Friday, December 31, 2010

Praying the Prayers of Others

I did not grow up in a tradition that used or truly valued the use of prayers written by others. The only exception would be the Lord's Prayer which was used because, of course, it was written by Jesus. The spontaneous or "unique" prayer was what I was taught, learning to pray in public, putting my thoughts to God into words to be spoken, on-the-fly aloud in a group. Although I don't think anyone actually ever said this to me, I grew up thinking that this type of praying must be superior to reciting prayers or even pre-writing a prayer to pray outloud at a later time. And this type of thinking has engendered a type of pride within me because I know how to pray aloud, on the spot.

Not pretty.

Today as I was listening to an interview with N.T. Wright, something he said nailed me between the eyes regarding this pride that's been growing in my heart over the years. He says that to use the prayers of others is actually a sign of humility, allowing someone else's words to express some longing within my own heart and learning from them. He further encourages that if the Holy Spirit helped them to pray in that fashion, why not "ride in on their coat tails." [1]

These "old" prayers can serve as a structure, not that restricts or boxes in my prayers. Rather, they give me a framework from which to start, a springboard into areas of prayer and meditation that might not have occured to me before, offering me a fresh perspective of the Lord and His work in my life. The very speaking of them become a form of praise as I join in with another's expression of worship.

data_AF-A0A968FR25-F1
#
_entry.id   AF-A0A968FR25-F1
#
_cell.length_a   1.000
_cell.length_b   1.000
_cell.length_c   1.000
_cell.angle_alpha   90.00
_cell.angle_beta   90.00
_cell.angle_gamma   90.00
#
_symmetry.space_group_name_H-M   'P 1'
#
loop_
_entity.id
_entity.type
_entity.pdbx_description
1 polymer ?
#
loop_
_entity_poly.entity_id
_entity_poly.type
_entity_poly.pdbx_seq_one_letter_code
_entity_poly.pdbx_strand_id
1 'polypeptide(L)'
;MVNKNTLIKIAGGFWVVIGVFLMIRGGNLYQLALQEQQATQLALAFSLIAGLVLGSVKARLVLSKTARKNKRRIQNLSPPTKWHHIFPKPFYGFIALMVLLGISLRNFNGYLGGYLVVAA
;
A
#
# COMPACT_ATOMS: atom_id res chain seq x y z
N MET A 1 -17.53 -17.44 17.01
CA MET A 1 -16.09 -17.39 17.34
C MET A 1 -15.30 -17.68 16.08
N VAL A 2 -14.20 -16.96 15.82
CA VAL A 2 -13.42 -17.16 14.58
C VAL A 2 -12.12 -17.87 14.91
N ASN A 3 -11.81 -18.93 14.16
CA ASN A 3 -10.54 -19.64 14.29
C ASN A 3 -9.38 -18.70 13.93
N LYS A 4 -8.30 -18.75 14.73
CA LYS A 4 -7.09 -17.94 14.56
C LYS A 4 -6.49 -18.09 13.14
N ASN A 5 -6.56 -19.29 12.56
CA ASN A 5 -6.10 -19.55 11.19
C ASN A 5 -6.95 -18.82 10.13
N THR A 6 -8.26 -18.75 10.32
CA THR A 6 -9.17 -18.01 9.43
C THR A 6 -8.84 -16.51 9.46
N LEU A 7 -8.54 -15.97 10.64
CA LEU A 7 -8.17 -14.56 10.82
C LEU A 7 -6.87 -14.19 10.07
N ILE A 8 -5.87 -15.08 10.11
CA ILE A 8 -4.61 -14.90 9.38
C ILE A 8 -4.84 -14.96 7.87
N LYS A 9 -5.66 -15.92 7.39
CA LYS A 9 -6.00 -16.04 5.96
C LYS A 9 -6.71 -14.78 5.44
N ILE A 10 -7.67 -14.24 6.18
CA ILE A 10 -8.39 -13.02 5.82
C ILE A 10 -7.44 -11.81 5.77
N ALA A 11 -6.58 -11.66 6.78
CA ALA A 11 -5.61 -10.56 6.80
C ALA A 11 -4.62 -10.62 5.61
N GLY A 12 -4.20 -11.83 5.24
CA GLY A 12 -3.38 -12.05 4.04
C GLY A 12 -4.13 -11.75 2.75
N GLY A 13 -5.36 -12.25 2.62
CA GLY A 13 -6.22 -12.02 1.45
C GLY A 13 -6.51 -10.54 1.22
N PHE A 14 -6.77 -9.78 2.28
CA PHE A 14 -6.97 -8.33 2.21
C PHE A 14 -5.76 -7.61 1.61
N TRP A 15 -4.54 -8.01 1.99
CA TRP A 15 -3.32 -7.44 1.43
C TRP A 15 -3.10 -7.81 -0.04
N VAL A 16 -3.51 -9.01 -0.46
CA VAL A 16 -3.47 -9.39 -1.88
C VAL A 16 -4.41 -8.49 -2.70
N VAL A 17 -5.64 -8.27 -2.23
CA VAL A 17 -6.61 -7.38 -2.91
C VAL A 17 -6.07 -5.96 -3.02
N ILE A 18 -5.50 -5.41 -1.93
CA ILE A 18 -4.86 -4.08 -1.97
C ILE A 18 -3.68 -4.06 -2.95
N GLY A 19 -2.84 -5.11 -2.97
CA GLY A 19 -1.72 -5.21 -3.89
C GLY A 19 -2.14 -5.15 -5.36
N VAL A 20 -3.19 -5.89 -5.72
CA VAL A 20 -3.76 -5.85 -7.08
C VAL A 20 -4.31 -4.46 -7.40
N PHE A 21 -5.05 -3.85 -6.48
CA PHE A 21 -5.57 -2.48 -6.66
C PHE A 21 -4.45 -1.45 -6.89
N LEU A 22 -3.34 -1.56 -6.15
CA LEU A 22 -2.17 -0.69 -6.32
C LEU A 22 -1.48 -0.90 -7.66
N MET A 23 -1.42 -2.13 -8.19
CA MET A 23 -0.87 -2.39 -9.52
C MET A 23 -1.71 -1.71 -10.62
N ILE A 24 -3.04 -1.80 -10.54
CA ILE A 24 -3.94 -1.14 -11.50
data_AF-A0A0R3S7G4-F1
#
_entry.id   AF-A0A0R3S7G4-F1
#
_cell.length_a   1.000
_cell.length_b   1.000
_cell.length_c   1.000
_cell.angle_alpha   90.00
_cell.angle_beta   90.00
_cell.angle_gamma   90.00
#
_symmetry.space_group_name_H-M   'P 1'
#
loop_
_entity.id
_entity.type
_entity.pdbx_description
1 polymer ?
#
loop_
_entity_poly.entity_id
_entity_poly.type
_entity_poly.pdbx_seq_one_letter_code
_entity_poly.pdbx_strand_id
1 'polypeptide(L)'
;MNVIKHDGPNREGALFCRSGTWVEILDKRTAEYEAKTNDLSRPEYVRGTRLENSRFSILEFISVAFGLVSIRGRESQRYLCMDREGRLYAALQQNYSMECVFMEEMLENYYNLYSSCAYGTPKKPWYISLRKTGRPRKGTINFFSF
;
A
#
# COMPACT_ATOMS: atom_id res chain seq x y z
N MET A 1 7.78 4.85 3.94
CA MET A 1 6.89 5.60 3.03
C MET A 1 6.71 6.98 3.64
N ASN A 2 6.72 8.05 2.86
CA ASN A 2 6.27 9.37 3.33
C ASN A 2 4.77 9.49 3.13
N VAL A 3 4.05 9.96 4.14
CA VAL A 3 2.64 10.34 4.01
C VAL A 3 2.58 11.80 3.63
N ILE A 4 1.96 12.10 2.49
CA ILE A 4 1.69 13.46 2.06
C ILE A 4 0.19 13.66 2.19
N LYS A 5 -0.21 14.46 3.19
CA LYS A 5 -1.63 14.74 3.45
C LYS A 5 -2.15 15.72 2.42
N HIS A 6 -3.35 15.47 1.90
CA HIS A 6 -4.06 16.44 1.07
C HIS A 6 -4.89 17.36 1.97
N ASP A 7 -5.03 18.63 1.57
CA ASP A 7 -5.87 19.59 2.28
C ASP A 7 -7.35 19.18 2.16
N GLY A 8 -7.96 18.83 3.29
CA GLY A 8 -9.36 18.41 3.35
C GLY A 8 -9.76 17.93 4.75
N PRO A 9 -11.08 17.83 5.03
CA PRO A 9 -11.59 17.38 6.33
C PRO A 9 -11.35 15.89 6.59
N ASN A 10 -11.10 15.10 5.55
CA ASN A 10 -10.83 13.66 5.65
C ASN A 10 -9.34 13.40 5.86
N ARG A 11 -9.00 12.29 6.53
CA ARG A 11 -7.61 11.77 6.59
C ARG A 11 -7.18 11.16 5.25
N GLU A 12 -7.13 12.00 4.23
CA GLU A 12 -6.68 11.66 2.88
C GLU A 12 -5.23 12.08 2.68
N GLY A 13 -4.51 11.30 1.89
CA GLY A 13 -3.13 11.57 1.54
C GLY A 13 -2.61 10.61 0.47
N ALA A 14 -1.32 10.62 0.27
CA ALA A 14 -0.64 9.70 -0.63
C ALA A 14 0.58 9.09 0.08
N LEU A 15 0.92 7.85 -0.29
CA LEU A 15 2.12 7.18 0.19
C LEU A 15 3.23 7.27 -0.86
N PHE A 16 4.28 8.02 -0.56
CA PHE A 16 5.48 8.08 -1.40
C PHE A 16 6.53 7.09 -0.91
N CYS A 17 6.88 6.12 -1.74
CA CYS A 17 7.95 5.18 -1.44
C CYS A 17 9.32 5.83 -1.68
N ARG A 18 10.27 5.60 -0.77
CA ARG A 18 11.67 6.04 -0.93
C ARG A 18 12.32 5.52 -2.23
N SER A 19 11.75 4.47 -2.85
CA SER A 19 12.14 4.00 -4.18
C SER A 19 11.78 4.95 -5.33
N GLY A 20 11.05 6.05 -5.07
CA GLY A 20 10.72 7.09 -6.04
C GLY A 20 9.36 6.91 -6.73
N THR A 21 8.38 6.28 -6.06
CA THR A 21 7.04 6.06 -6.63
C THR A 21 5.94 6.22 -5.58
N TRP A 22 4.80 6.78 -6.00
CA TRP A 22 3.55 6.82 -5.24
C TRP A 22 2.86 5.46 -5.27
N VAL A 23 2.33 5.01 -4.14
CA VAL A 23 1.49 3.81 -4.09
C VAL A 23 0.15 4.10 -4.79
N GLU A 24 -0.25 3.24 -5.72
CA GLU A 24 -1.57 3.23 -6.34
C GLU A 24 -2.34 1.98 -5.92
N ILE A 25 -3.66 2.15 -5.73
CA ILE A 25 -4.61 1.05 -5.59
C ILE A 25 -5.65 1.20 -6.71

In these last couple of years, I have been discovering these ancient prayers and their writers and have been so blessed by them. But, to be honest, a part of me has struggled with using their writings and prayers in my "quiet time" because somehow I felt like it was less authentic since it wasn't spontaneous and uniquely from me.

Like a good friend of mine says: "We sing other people's songs. Why not pray other people's prayers?" I am looking forward to this next year, to discovering the prayers of the ancients (anyone older than I am) and being blessed by the move of the Holy Spirit in their lives.

1 "Reclaiming Worship: a training interview with N.T. Wright"

Who We Worship

for the Essentials Blue In Worship Theology Course with Dan Wilt

The Trinity is one of the greatest mysteries and most important tenants of the Christian faith, and I am becoming more aware of how that Community and my understanding of it impacts the community I am a part of here.